Tongue warmer: How many days ago was Christmas?
Good morning! That was a very interesting question. How many days ago was Christmas? It was exactly forty 40 days ago. In the church calendar, we name this day: Candlemas. Christmas is the Mass of Christ. Candlemas is naturally the Mass of Candles. Why? Today, if you go to church, there is a special ceremony with candles. (We have one candle here.) In northern Europe, young women and girls would even wear crowns of candles. Kind of difficult to balance I imagine.
Anyway, the origin of the feast is like this: According to the Bible, 40 days after Jesus was born, Mary and Joseph took Jesus to the temple in Jerusalem. Imagine this: Jesus being the true light brightened up the dark Temple. So to remember that Jesus is the true light, we celebrate Candlemas with lots of candles. Some of you may not know the story so please listen to Fr Roberto / Mr Mckenzie. You can follow the story on page _ of your hymnal. Please pay attention to the words in BOLD letters.
Listen to the Word of God. A Reading from the Gospel according to St Luke.
The time came for Joseph and Mary to perform the ceremony of purification, as the Law of Moses commanded. So they took the child to Jerusalem to present him to the Lord. They also went to offer a sacrifice of a pair of doves or two young pigeons, as required by the law.
At that time there was a man named Simeon living in Jerusalem. He was a good, God-fearing man and was waiting for Israel to be saved. The Holy Spirit was with him and had assured him that he would not die before he had seen the Lord's promised Messiah.
When the parents brought the child Jesus into the Temple to do for him what the Law required, Simeon took the child in his arms and gave thanks to God:
"Now, Lord, you have kept your promise, and you may let your servant go in peace. With my own eyes I have seen your salvation.”
The child's father and mother were amazed at the things Simeon said about him.
Simeon blessed them and said to Mary, his mother, "This child will be a sign from God which many people will speak against. And sorrow, like a sharp sword, will break your own heart."
The Gospel of the Lord.
All: Praise to You Lord Jesus Christ.
Thank you. This story is the basis why we have the feast Candlemas today. Now, a little poem here. This poem is written by Eve Forti, and it is called The Offering. You are going to see that this poem is retelling the Candlemas story in a poetic way. Instead of telling a story, the poet tries to talk to one of the person in the story: Simeon, the old man who took Jesus in his arms. Please listen to it – and please take a special note to the underlined words.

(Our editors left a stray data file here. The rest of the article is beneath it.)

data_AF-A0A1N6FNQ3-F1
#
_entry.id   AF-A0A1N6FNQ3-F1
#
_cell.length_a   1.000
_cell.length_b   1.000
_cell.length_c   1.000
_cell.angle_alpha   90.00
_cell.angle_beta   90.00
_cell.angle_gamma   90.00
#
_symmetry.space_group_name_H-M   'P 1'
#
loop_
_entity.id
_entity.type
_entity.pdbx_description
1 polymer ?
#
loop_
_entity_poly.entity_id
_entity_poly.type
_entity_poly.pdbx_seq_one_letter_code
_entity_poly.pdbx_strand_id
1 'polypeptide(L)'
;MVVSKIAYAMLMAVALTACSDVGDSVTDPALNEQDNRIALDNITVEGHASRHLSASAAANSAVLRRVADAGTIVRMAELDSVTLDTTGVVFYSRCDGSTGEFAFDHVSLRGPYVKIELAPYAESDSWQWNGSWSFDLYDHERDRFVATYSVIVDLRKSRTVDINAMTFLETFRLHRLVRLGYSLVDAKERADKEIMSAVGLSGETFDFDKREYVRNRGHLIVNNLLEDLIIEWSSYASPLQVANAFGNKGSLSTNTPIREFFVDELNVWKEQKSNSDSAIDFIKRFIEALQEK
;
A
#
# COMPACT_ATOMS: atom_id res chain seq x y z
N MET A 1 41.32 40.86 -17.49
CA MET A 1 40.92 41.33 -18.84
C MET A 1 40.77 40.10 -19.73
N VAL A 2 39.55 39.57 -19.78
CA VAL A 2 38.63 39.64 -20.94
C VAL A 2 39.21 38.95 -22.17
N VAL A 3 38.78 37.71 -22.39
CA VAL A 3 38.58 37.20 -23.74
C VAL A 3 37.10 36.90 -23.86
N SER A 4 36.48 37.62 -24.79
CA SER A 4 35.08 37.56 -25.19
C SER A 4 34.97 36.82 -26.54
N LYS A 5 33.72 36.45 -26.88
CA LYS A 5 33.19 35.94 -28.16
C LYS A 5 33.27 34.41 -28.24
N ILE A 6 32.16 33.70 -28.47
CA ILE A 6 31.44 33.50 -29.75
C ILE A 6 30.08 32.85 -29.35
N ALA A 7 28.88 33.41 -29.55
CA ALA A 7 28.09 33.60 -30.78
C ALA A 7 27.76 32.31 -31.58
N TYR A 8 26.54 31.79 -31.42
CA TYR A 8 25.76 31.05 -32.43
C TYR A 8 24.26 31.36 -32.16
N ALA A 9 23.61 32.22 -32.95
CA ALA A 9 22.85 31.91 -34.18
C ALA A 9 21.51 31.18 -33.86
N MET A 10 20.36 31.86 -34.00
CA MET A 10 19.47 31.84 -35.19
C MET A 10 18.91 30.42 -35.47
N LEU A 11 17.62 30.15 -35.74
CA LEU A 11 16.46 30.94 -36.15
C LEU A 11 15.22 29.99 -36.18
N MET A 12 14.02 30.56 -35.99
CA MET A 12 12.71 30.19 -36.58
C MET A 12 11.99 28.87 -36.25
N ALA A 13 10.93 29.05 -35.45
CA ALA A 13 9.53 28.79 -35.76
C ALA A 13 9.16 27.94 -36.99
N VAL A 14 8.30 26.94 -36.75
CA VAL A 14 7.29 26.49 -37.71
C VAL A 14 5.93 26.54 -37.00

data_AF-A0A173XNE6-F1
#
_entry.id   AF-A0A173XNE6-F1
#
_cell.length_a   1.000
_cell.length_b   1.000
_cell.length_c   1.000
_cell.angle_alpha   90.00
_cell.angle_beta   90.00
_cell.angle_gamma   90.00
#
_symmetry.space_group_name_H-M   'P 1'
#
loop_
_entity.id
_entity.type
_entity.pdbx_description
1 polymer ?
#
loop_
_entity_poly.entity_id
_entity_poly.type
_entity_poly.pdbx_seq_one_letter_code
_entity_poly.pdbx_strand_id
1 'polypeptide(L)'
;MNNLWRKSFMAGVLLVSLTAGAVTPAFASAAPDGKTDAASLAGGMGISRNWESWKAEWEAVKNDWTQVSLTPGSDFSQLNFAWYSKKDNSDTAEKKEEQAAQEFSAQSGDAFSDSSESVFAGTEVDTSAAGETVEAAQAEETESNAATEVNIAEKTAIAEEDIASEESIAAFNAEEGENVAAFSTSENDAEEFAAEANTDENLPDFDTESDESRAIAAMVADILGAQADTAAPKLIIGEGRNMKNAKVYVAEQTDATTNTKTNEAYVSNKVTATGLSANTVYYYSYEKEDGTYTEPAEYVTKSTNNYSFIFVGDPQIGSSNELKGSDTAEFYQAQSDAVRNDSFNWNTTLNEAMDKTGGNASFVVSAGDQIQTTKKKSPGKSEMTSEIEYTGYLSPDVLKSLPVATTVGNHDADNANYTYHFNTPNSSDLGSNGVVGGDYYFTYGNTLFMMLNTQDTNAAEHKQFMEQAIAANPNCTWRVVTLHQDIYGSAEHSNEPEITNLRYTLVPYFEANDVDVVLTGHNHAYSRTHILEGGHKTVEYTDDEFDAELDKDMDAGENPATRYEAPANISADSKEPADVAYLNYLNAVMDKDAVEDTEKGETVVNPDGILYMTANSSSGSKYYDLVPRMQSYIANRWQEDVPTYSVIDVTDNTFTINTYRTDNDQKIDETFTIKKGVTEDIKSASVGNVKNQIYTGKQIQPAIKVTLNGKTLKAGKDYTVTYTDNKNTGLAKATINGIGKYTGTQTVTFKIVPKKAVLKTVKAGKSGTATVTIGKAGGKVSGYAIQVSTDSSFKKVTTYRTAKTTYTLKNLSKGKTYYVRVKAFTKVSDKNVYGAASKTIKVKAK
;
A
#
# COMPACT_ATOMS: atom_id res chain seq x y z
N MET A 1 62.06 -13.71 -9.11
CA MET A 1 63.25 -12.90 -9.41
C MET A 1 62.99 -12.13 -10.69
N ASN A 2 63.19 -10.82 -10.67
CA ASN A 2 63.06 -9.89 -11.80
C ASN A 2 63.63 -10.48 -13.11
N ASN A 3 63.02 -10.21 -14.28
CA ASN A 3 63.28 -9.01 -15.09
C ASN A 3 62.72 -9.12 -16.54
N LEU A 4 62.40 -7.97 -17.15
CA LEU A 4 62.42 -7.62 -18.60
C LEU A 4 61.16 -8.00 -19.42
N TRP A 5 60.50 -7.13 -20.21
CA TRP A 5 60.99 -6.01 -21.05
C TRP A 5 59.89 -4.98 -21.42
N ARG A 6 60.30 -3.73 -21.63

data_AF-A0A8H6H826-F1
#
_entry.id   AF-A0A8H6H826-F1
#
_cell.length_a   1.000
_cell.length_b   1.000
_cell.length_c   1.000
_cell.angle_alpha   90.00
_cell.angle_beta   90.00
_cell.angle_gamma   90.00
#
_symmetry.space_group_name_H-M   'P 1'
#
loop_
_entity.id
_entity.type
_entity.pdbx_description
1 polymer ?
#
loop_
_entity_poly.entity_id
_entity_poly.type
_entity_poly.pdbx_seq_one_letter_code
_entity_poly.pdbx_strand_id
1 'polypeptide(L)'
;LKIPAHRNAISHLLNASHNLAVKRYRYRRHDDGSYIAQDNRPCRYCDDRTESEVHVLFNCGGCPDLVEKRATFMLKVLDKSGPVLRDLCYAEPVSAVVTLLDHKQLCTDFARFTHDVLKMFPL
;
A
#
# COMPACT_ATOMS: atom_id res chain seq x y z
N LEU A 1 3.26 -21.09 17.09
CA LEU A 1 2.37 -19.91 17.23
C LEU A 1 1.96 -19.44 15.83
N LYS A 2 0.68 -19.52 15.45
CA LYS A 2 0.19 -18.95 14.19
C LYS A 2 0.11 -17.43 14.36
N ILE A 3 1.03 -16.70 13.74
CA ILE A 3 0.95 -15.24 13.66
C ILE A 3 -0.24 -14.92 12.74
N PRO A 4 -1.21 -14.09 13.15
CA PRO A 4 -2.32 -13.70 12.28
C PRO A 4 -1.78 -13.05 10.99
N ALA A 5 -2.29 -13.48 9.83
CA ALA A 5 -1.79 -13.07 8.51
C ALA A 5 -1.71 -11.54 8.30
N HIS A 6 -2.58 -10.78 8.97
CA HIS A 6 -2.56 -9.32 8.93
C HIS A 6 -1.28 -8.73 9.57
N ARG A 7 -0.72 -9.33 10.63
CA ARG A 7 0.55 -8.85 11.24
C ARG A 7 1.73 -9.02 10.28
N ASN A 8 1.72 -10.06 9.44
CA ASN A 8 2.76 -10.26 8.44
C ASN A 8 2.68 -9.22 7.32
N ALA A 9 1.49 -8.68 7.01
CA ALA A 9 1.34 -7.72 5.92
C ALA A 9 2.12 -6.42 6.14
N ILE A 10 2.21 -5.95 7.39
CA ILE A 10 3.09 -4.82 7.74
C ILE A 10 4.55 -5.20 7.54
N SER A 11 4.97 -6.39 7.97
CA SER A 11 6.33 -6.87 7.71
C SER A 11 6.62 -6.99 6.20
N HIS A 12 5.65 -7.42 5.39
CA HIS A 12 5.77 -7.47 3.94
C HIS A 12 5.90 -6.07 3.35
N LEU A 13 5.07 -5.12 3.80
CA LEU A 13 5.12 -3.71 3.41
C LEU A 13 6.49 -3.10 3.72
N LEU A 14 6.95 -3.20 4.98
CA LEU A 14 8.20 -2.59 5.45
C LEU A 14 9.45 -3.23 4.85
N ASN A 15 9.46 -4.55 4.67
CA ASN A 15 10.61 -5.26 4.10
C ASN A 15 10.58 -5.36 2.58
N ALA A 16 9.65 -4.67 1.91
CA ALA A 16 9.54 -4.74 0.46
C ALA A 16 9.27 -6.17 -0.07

Poem: The Offering by Eve Forti
Old Man, you've sown the years longing for the harvest, hoping for the green shoot to appear.
Fragrant with perfection, He is here: wanting to be purified, waiting to be crucified.
And His mother, offering her Lamb, gives Him to your open arms
so you can finally die in peace knowing that the Promised One is born.
In gratitude you will whisper that her heart will break.
I don’t think I need to explain each and every single word to you and you can still understand a lot about both the poem and the original Bible story. Now, I would like you to take some time to match the poem with the story. I think it is not difficult if you try to match the keywords together.
Let us take 20 seconds to do this. [PAUSE] Let’s check the answer now:
Paragraph 1 in the Bible story matches with Paragraph B of the poem. The keyword is purification. Purification comes from the word PURE, very clean. To make something pure is to purify. E.g. You cannot drink water from the river unless it is purified. That means purification would make the water safe to drink.
Paragraph 2 in the Bible story matches with paragraph A of the poem. The keyword is waiting – and in the poem, the poet uses the phrase “longing for”. To long for something means to wait for something. E.g. Almost all students long for summer holidays.
Paragraph 3 in the Bible story matches with paragraph C of the poem. The key phrase is “in his arms”. Compare these two sentences: (Bible) Simeon took the child in his arms. (Poem) Mary gives him to your open arms. Well, I think Mary gave Jesus to Simeon’s open arms so Simeon took him in his arms. To take something in your arms means to carry something with your arms. Naturally you have to open your arms first.
Paragraph 4 in the Bible story matches with paragraph D of the poem. The key phrase is “in peace”. In the Bible, Simeon said he could now go in peace and that means exactly dying in peace. The author in the Bible story uses the word “go” instead of “die.” Some people do not like to hear the words “to die’ or “death”. Can you think of one word that means “in peace”? Yes, peacefully. E.g. My grandfather died peacefully. He died in peace.
Finally, paragraph 5 in the Bible story matches with paragraph E of the poem. Besides the phrase about how a sword would break the heart of Mary – that is obvious. In paragraph 5 of the Bible story, Simeon said to Mary. In the poem, the poet said: you will whisper. WHISPER means to speak softly. E.g. In the library, you are not supposed to talk at all. If you really have to talk, please whisper; otherwise, the library will become noisy.
To end our prayer – let’s say a prayer. I will say the beginning and you have to join in at the end.
Let us pray: O Heavenly Father, today we celebrate Candlemas and we thank you for giving us Your Only Son, Our Lord Jesus Christ who is the true light. We long for His love we long for a world full of life and joy. Please teach us to live in peace with each other, especially those we find difficult. Please teach us to open our arms to welcome everyone. We end now our prayer with the prayer that Your Son has taught us: Our Father…
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